The following year began with the committee continuing to consider Waugh’s proposal (Waugh, 1/12/1953). On February 9, 1953, the University Senate voted to adopt Waugh’s proposal. The program would move forward.  In April, Waugh discussed his proposal with Mr. Ebner of Willimantic, who noted that his daughter, at top of the junior class at Windham High School, would be interested in early admittance to the University (Waugh, 4/13/1953). May of 1953 found Waugh seeking scholarship funding for his proposal (Waugh, 5/5/1953); June found him sending off information to area high school principals about the “new scheme” (Waugh, 6/3/1953).

Pivotal to the development of Waugh’s proposal was a November 5, 1953 meeting with executive committee of the Secondary School Principals Association. Waugh, along with other University representatives, met with the committee over their intended protest of the early admittance decision. Waugh noted that the proposal had now changed to “allowing these outstanding students to stay on in the high school taking work under our supervision and getting college credit for the work” (Waugh, 11/5/1953). In the following year, the University Committees on Scholastic Standards and on Curricula and Courses continued to meet and work on Waugh’s proposal. In September, they considered how the admittance of gifted students was handled. Waugh proposal aligned well with this; he noted that because the gifted students would be able to do extra work and take the University’s examinations, they would be able to receive the accelerated learning they wanted (Waugh, 9/16/1954). And, Waugh noted, they would not have “to choose between enriching their program and taking just as long as other students or taking the same program as other students in less time” (Waugh, 9/16/1954). This proposal would allow students to get-ahead on their post-secondary careers which still in high school with an academically challenging and enriching program. The committee unanimously approved of his idea. In December the committee met to discuss the proposal alongside principals from Manchester High School, Norwich Free Academy, and New London High School (Waugh, 12/14/1954). The proposal was moving toward program implementation.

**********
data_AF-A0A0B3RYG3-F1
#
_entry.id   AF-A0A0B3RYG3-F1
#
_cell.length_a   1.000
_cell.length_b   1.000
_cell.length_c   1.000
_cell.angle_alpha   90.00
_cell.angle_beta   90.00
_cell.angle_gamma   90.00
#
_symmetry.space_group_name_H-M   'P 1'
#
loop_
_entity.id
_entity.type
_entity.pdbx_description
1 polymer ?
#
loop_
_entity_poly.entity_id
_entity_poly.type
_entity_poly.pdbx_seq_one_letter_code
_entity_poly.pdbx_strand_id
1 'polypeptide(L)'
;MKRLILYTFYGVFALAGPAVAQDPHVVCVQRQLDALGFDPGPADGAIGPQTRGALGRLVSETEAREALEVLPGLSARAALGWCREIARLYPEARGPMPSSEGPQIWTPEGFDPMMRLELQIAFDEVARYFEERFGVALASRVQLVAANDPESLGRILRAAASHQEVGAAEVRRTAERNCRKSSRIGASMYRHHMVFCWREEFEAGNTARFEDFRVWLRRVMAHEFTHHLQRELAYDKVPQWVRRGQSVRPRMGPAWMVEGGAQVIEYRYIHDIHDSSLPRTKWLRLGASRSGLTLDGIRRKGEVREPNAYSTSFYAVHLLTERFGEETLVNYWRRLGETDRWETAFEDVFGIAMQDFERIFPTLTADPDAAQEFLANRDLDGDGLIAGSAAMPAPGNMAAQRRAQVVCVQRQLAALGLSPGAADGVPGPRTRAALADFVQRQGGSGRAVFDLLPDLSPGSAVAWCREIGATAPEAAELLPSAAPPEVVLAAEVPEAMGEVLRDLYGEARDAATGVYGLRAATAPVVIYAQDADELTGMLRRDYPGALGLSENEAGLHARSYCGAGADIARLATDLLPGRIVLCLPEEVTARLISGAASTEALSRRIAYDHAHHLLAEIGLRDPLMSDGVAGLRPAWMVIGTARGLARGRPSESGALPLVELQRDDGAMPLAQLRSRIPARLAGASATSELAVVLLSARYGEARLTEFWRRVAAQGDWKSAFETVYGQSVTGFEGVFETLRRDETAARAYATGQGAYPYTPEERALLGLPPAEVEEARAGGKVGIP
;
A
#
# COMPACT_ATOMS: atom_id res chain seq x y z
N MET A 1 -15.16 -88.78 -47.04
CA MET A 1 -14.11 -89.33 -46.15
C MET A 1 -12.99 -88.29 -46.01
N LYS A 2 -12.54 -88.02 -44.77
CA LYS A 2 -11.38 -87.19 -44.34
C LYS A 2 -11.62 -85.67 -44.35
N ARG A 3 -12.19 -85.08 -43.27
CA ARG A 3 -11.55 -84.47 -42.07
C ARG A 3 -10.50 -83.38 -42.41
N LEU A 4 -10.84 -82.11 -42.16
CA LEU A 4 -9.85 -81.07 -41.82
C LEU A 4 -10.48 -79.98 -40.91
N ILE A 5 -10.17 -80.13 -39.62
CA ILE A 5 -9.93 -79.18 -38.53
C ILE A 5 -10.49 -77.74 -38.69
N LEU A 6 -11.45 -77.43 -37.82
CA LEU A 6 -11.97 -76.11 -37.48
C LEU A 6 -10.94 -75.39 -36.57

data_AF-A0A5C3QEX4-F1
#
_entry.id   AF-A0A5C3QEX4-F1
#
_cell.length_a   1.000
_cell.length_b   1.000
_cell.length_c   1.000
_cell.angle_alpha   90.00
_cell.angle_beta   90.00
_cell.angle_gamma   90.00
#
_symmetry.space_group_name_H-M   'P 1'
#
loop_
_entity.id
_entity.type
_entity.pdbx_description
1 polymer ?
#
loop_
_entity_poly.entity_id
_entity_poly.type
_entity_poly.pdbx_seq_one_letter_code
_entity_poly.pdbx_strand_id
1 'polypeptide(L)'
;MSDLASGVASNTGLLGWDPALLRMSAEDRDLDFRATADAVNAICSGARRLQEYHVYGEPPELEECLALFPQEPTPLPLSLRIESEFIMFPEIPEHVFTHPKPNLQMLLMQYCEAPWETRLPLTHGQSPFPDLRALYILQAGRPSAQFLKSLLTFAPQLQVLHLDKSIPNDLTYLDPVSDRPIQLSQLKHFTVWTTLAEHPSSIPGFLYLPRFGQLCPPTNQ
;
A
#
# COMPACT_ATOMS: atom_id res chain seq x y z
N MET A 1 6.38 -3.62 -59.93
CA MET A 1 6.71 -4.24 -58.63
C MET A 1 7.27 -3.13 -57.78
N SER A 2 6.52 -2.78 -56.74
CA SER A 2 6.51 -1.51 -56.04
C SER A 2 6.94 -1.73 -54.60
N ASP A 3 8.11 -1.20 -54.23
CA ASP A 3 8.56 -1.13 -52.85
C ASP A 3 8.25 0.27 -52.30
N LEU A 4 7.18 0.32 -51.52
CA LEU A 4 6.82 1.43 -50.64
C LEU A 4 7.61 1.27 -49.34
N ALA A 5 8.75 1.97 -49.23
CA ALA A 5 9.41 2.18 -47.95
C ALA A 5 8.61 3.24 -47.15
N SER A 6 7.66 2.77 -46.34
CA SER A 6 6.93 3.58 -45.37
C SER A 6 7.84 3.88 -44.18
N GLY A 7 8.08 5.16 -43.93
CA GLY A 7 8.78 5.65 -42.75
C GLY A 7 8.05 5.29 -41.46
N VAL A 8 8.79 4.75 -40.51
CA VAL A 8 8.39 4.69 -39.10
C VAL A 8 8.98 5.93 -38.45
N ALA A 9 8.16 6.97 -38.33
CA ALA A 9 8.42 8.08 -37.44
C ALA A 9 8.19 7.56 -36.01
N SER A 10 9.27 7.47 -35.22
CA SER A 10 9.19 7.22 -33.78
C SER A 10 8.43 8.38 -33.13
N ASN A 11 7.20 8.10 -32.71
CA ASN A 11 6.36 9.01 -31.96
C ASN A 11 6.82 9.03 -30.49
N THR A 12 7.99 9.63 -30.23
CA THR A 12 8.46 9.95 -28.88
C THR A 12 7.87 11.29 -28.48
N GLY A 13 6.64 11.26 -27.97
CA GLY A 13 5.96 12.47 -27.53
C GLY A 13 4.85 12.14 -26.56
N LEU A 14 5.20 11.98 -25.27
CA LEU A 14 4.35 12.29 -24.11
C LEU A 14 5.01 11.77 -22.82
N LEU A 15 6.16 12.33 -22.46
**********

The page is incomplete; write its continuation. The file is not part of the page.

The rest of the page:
Waugh and the committee continued to plan and prepare for the program during the following months; in January, they met with department heads in the College of Liberal Arts and Sciences to discuss the supervision of the program (Waugh, 1/20/1955). In March, he met with 25 area superintendents and principals to discuss the program, all of whom were enthusiastic about the idea (Waugh, 3/18/1955). They continued to refine the program through the rest of the academic year and the summer. At the end of September, Waugh met with High School Principal’s Association about their new “cooperative program for gifted students” (Waugh, 9/30/1955). In November, Waugh discussed the possibility of the Honors English classes at New Britain High School entering the cooperative program (Waugh, 11/30/1955).

And, at the end of the 1955-1956 school year, that class of New Britain High School students had become part of the Cooperative Program for Superior High School Students. Alongside their peers at Bristol High School (now Bristol Central High School and Bristol Eastern High School), Manchester High School, Norwich Free Academy, Rockville High School, and Woodbury High School (now Nonnewaug High School), these students were the first in the nation to take part in a concurrent enrollment program by taking college courses offered in the high school setting by the University of Connecticut.

All references are from the Albert E. Waugh’s Daily Journal, housed in the Albert E. Waugh Papers at the University of Connecticut Library Archives and Special Collections.